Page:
As a conscious parent I noticed several things that happened and originated most likely from an unconscious place. First of all my oldest daughter acted out with anger on something that bothered her or triggered her. The impact she had on her younger sister was causing sadness, hurt and confusion. Using a mix of curiosity and powerful questions, I helped my older daughter raising her self-awareness around her own values. She realized that fair treatment and fair sharing is a very important value for her. Before her younger sister joined for breakfast, she had already virtually divided the fruits and yoghurt in equal parts and then took her part. She then expected everyone else to follow this unwritten, but in her mind very obvious common sense. When her younger sister didn’t follow the not so official rule, it triggered my older daughter. Her high value of fairness wasn’t met. She experienced it as being ignored and not respected. Not being conscious of what happens to her, she immediately acted out on her internal hurt and started to fight for her values as we always want to protect our values. She was entangled in stories her mind made up about her younger sister. According to my older daughter, her mind told her the story of her sister being stupid, ignorant and selfish and that she does it on purpose. When I repeated those words to her and asked her what she truly knows about her younger sister and whether those descriptions reflect this truth, she was first embarrassed, then regretful and then open to celebrating the new wisdom and self-awareness that was exposed to her. We realized together that not being aware of your values can lead you to being triggered when your values are hurt by others, which can lead you to acting out on it with unintended impact. Having gained consciousness around her value of fairness enables her to notice emotional triggers. The heightened self-awareness created curiosity in herself and others. She started to be curios about her younger sister and asked her questions (still a bit judgmental though, but this is another lesson of consciousness to be taught another time) about her preferences for fruits and what she thought when she picked the cherries. Nonetheless she learnt from her sister that she didn’t even think much about how many pieces of bananas and pineapples she was supposed to take or not as she thought there were enough fruits in the kitchen…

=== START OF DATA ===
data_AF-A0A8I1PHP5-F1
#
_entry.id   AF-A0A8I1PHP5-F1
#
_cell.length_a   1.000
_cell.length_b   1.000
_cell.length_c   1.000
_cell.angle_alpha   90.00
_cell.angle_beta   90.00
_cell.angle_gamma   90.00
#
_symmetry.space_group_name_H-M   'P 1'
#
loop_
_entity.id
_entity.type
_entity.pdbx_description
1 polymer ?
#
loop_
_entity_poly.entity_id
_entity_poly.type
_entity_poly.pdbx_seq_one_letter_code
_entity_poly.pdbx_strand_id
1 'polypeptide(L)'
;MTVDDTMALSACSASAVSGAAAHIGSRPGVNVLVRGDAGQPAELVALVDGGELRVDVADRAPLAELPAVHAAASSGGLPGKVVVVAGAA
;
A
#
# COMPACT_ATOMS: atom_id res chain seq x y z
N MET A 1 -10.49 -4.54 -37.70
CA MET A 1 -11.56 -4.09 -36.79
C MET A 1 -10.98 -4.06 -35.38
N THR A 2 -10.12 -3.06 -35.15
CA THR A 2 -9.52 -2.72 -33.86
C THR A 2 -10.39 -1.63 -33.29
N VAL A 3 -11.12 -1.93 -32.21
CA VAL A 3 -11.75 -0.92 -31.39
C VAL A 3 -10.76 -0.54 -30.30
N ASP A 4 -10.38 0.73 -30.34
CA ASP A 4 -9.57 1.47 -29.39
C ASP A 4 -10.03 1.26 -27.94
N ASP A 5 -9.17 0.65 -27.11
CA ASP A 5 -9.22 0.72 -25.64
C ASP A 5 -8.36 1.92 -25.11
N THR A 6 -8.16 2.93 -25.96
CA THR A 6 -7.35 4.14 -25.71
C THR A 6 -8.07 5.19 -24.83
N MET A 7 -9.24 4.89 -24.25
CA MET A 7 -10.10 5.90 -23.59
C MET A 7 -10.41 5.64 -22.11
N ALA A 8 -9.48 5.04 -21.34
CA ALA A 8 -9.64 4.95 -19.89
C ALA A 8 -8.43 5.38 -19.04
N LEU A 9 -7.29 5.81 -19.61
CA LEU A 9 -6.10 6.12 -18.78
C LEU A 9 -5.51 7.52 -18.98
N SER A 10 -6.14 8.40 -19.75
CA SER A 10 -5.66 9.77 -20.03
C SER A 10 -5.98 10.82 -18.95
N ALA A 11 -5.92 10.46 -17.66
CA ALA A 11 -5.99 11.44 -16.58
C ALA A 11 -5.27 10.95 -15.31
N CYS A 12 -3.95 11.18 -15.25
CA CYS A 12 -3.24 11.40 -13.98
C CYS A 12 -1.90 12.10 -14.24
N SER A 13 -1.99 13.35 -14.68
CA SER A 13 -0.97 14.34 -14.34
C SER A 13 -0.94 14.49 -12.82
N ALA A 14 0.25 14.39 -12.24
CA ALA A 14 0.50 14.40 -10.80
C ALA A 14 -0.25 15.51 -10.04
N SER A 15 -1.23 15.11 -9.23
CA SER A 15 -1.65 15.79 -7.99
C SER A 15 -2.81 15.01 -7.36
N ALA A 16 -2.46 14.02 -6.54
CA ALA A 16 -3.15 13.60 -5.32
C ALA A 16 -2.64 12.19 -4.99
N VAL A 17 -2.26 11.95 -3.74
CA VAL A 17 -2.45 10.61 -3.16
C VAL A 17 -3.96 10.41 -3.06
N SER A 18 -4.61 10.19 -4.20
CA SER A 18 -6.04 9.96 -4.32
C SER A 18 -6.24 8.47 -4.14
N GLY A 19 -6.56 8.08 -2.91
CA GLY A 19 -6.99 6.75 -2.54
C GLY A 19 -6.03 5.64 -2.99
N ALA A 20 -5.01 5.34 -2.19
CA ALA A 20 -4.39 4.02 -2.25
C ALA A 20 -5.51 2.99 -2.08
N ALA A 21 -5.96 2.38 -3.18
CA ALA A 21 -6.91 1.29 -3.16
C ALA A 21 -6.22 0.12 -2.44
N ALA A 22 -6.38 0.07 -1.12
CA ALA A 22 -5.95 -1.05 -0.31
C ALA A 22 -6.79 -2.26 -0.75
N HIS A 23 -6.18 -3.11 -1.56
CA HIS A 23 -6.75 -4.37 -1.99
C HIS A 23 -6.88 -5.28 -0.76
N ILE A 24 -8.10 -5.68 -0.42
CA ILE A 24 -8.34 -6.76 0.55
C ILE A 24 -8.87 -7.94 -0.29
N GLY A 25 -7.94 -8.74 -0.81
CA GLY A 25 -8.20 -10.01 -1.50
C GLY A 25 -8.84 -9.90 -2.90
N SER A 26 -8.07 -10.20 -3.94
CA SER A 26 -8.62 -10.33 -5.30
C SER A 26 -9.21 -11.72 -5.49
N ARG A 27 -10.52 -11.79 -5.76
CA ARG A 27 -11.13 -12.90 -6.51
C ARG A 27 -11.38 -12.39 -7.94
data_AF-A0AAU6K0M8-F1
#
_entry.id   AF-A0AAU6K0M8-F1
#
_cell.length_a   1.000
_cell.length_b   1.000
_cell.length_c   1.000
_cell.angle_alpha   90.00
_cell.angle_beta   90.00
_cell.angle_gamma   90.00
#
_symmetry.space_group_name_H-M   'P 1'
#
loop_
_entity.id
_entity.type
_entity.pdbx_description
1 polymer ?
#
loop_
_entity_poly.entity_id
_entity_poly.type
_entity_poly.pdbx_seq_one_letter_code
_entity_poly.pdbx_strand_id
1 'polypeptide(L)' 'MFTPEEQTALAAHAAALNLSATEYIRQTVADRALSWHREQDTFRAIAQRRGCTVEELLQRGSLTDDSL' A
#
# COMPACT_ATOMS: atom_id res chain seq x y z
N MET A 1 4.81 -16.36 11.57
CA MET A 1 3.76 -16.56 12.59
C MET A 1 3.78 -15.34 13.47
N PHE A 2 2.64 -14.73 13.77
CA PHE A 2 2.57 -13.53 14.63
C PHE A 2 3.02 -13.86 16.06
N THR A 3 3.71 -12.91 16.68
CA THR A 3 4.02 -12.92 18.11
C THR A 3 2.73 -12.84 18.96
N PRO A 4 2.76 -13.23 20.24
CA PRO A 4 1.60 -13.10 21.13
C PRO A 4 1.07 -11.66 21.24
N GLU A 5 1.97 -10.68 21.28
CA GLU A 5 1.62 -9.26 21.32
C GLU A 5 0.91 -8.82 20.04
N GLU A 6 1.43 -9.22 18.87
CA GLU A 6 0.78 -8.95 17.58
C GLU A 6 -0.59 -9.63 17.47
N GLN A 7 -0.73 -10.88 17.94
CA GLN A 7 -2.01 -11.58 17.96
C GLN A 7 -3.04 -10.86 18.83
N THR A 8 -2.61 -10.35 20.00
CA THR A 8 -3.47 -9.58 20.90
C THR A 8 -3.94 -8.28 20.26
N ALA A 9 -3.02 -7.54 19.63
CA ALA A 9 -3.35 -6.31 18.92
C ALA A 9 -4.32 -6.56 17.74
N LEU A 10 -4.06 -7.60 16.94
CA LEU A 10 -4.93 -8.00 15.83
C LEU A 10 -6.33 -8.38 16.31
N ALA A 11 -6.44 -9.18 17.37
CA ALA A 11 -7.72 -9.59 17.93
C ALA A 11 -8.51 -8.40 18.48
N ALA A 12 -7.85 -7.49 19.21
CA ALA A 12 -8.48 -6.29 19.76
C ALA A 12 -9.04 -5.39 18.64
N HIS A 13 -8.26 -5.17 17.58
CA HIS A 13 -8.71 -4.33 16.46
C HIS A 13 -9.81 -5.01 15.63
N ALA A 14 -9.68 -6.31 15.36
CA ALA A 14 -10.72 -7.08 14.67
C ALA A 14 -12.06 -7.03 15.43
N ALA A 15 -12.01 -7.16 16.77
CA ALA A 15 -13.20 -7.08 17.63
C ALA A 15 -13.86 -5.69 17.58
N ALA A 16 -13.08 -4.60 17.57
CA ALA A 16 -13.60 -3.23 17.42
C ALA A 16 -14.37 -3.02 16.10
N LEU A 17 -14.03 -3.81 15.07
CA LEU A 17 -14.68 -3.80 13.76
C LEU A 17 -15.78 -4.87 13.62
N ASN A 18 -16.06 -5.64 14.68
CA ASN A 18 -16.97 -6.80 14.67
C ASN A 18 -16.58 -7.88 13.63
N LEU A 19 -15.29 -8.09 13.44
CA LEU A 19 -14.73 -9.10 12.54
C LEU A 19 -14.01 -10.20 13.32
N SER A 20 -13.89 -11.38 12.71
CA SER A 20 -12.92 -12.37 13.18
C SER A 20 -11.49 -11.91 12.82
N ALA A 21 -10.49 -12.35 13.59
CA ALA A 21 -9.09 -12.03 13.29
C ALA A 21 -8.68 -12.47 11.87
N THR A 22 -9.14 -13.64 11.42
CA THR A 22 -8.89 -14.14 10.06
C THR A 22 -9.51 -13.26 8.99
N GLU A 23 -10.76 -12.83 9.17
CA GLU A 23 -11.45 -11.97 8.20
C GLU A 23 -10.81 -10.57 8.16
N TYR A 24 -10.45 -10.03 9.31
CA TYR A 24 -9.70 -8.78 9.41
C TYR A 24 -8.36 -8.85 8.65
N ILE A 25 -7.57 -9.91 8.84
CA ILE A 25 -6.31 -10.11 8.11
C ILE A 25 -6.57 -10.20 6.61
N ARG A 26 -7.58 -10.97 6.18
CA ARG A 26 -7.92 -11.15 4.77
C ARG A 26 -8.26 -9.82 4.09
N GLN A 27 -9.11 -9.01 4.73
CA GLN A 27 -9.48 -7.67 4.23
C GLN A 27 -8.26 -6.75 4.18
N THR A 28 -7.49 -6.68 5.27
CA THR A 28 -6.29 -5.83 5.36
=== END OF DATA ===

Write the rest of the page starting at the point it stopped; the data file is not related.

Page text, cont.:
The only thing I did as a conscious parent, as a conscious leader was to cultivate consciousness. I didn’t teach anything. I didn’t preach or convert. I responded to the system needs by asking open ended questions based on non-judgmental, genuine curiosity for the sake of seeing the wisdom in everything and exploring the opposite. Of course I had an idea where unconsciousness could be hiding, but I wasn’t attached to any outcome.

While this scenario has been played out in my private life, I have, and I am sure you have already, experienced similar situations at work. Notice when you are triggered and ask yourself which values of yours might be hurt. Ask yourself what kind of stories your mind is making up. Stay curios, ask open ended questions and see the wisdom in everything as an opportunity to learn about diversity.

Conscious leadership allows you to improve communication, deepen the relationships, and create from conflict. In short, it can have hugely positive impacts on your life. For help being a conscious leader, call us at Paradigm Shifters today at (+1) 415-702-0334 to discuss our coaching and consulting services.

About Adi Breuer information